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'If you told me at the start of the year that I’d be here now, I probably would have laughed'

Jamie McGrath reflects on his rapid rise to the Irish international team.

Jamie McGrath is tackled by Assim Madibo.
Jamie McGrath is tackled by Assim Madibo.
Image: Ben Brady/INPHO

IT HASN’T TAKEN Jamie McGrath long to start winning friends and influencing people.

Recognised by a group of Irish lads on a flight back to Scotland after September’s international window, he was offered their spare ticket to the TRNSMT music festival in Glasgow. 

As it transpired, McGrath’s girlfriend had already got him a ticket, and so he met up with them again at the festival. 

“We had a bit of crack so it was nice to share that with them, they were sound fellas”, says McGrath. He is increasingly emblematic of this Irish team: down-to-earth and beginning to flourish under Stephen Kenny in spite of a hitherto unusual route to international football. 

Though in a post-Brexit world, his route may become familiar. 

McGrath broke into the League of Ireland as he was completing a business degree at Maynooth, first making his name at Saint Patrick’s Athletic before joining Kenny’s Dundalk in 2017. From there, with studies completed, he joined St Mirren of Scotland in 2019. 

He scored 17 times for St Mirren last season, at the end of which he earned his first call-up to the Irish senior squad. He made his debut as a substitute in the friendly win against Andorra, and then made a competitive bow against Portugal three months later. Rested for the subsequent game with Azerbaijan, he returned to the starting line-up for the home game with Serbia and then impressed off the bench at half-time in Baku on Saturday. 

He started and starred in Tuesday’s hammering of Qatar, and is making a persuasive case to start once again when Portugal come to visit Dublin next month. 

stephen-kenny-with-jamie-mcgrath-after-the-game Stephen Kenny and Jamie McGrath in their Dundalk days, in 2017. Source: Gary Carr/INPHO

“It was always a long-term goal of mine”, says McGrath. “I just had to keep working hard and hopefully do it at club level and see where that took me. If you told me at the start of the year that I’d be here now, I probably would have laughed.

“It was a long-term dream, so I probably wasn’t expecting it to happen this quick. When I got the nod in the summer I was over the moon.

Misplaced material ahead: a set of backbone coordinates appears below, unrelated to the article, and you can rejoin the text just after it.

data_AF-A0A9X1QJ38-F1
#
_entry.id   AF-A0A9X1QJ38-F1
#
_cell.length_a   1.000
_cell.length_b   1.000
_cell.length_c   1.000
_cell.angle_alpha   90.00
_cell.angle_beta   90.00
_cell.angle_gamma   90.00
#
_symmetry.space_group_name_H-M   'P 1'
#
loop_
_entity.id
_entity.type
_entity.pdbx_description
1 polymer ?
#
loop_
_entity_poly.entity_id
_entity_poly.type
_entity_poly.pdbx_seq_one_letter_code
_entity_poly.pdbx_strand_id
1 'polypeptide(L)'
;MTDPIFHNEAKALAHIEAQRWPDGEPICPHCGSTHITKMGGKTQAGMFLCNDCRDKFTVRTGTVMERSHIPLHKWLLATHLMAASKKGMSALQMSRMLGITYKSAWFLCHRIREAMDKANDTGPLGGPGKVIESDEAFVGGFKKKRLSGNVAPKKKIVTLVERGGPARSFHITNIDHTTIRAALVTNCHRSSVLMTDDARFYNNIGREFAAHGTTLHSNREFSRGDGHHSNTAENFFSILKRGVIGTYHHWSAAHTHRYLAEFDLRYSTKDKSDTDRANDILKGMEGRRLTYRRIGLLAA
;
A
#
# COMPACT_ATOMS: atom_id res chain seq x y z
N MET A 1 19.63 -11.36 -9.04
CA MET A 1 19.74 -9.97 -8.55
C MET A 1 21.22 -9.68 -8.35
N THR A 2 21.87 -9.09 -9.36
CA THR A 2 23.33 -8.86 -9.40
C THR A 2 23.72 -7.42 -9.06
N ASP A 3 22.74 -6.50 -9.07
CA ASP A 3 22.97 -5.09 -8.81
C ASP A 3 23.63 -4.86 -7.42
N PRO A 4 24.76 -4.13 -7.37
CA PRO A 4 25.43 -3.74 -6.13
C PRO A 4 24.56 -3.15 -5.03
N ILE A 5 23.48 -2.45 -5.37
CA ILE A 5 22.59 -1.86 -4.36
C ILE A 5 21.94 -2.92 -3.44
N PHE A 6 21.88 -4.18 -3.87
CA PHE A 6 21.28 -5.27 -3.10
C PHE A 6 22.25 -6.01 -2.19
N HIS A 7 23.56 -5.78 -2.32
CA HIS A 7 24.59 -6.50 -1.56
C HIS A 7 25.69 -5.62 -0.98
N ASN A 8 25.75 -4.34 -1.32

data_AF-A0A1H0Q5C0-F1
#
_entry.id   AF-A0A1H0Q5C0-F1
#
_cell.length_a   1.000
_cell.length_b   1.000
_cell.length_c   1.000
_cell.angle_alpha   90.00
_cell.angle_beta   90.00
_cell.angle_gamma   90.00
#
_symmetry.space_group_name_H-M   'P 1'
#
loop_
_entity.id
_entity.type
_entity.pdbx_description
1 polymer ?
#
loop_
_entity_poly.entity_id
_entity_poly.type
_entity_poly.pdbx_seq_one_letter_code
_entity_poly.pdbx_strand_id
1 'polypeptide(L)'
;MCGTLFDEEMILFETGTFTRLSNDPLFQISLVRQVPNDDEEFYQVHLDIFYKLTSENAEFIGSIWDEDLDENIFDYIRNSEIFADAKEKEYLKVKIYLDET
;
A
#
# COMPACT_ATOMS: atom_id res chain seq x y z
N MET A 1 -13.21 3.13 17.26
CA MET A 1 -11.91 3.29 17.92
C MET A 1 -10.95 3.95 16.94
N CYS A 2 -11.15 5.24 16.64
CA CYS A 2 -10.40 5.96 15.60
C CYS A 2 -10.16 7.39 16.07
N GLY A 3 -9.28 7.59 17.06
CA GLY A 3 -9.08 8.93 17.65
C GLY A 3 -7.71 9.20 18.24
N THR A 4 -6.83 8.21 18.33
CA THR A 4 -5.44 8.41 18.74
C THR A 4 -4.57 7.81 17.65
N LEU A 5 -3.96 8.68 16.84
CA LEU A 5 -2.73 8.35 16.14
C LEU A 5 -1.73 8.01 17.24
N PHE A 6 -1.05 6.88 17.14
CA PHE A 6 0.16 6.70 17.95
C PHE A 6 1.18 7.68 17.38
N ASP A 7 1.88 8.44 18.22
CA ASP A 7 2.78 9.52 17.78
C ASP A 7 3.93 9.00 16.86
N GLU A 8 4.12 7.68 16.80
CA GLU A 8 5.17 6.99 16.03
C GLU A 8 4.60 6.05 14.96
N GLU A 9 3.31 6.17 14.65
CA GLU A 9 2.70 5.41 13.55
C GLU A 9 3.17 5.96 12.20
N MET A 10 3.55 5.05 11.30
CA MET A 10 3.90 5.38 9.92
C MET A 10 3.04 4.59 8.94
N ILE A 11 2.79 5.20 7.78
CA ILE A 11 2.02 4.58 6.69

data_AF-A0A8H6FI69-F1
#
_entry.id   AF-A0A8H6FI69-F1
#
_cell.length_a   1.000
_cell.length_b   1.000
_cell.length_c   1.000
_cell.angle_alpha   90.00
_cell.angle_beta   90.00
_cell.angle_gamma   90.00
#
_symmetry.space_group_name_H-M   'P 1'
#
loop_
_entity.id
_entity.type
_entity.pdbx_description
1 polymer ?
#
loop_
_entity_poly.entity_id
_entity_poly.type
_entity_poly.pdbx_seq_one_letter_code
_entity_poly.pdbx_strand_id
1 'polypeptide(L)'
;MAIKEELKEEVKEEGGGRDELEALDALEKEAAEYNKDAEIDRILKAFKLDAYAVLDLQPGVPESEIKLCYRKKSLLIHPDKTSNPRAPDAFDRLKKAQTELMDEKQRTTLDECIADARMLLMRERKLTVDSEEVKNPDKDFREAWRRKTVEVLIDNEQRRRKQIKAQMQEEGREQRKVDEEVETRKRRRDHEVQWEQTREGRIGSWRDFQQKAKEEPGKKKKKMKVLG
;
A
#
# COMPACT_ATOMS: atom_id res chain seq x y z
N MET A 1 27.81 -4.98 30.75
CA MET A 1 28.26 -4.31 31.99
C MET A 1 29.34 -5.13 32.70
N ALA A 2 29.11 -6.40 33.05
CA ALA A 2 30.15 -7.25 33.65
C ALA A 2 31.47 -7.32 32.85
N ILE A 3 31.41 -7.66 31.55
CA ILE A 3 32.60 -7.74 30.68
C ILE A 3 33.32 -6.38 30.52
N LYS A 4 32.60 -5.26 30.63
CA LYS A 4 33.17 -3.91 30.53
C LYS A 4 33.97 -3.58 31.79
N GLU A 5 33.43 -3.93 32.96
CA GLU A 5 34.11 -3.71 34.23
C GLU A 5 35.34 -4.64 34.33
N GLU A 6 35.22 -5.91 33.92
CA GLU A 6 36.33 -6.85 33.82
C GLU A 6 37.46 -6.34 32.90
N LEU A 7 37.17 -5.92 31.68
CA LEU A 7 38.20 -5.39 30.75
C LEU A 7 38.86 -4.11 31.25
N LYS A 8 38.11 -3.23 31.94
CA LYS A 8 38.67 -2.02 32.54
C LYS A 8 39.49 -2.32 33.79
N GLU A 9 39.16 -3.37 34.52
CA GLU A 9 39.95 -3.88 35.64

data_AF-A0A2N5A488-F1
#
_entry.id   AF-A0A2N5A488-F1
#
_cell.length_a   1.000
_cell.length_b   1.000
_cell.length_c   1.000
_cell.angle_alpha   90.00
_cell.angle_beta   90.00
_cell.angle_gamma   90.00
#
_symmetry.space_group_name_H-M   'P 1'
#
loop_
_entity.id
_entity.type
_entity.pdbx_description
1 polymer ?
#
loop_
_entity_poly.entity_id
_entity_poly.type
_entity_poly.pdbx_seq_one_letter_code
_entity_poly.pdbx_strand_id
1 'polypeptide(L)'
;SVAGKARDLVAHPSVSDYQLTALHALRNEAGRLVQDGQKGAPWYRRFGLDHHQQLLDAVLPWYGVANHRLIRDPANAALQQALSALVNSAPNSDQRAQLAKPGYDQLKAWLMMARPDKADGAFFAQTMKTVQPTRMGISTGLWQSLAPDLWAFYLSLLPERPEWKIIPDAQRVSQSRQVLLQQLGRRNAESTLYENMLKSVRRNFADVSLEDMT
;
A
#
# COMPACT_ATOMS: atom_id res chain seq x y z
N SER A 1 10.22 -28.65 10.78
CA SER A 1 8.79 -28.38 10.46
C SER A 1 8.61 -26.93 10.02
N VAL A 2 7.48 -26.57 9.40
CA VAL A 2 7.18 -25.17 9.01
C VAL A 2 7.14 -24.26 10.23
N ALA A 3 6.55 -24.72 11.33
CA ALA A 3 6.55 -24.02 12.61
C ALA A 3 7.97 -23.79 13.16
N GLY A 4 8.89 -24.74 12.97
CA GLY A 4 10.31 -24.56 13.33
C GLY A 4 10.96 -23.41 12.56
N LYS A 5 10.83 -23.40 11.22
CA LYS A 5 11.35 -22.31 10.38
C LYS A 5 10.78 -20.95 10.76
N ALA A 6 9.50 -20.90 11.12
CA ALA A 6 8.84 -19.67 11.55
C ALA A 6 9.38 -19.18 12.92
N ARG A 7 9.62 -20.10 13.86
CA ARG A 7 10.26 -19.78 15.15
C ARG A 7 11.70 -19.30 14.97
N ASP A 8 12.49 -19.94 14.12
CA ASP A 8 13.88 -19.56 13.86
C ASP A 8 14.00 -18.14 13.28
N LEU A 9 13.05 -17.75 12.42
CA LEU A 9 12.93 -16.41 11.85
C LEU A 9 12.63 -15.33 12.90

“My aim was to just stay in the squad and I was lucky enough to do that. If you had told me a year ago I probably would have thought it was too soon but I was always determined to try to go as far as I can. Thankfully it has happened sooner than I expected.”

McGrath’s impressive season attracted interest from elsewhere in the summer, though St Mirren ultimately retained his services, with manager Jim Goodwin saying he was “absolutely delighted” to fend off interest from “serious” clubs. 

“I am happy where I am and I have a year left on my contract up to next summer so we will see what happens”, says McGrath. “I love it there and they are a great bunch and the gaffer has been brilliant for me there, so I can’t speak highly enough of him.”

St Mirren isn’t exactly the most 0bvious source of international players, but McGrath says it’s a trait of Kenny’s to consider players regardless of their employer. 

“It’s probably been the talk, especially at League of Ireland level. People can make the step up. Jack Byrne has shown that, and a few others have been quite unlucky. That’s the thing with the gaffer, he doesn’t care who you play for as long as you’re doing well, he will give you a chance.” 


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McGrath has been given his chance in a different role to the one he plays at club level. In Scotland he often plays as a deeper-lying central midfielder, whereas with Ireland he has been playing on either side of the front-line. 

“It’s a different shape that we play at club level. But the coaches have been excellent, they tell you in detail what they expect. Your roles and responsibilities are very clear. I am not playing as an out-and-out winger and have the freedom to join in if I want, so I really enjoy that position.

“It is very specific on the training ground, what we work on. The coaches here are very detailed, Keith [Andrews] and Anthony [Barry] have it down to a tee what they expect from you. But we are not rigid, they want us interchanging if it’s on, so if I see Callum [Robinson] pulling out wide I’ll drift in; if Chio [Ogbene] is out wide I’ll drift in. As an attacking player that fluidity is nice, and you’re not rigid and stiff.” 

On Tuesday night, McGrath became the first Irish player to earn a penalty since Shane Long was awarded a spot kick against France at Euro 2016. McGrath scored 10 penalties for St Mirren last season, but with Callum Robinson in such rich form, he wasn’t going to be allowed take this one. 

“It was a long time to go without a penalty, so hopefully now we start getting a few more. 

“I had a brief discussion with Callum, but he was on a mission tonight so I didn’t want to stop him. Thankfully it went in, so that is all you want.

“I scored a good few last season and a few this season so hopefully I will get a chance in the future, but you can’t take it off Cal. He is in flying form.” 

About the author:

Gavin Cooney

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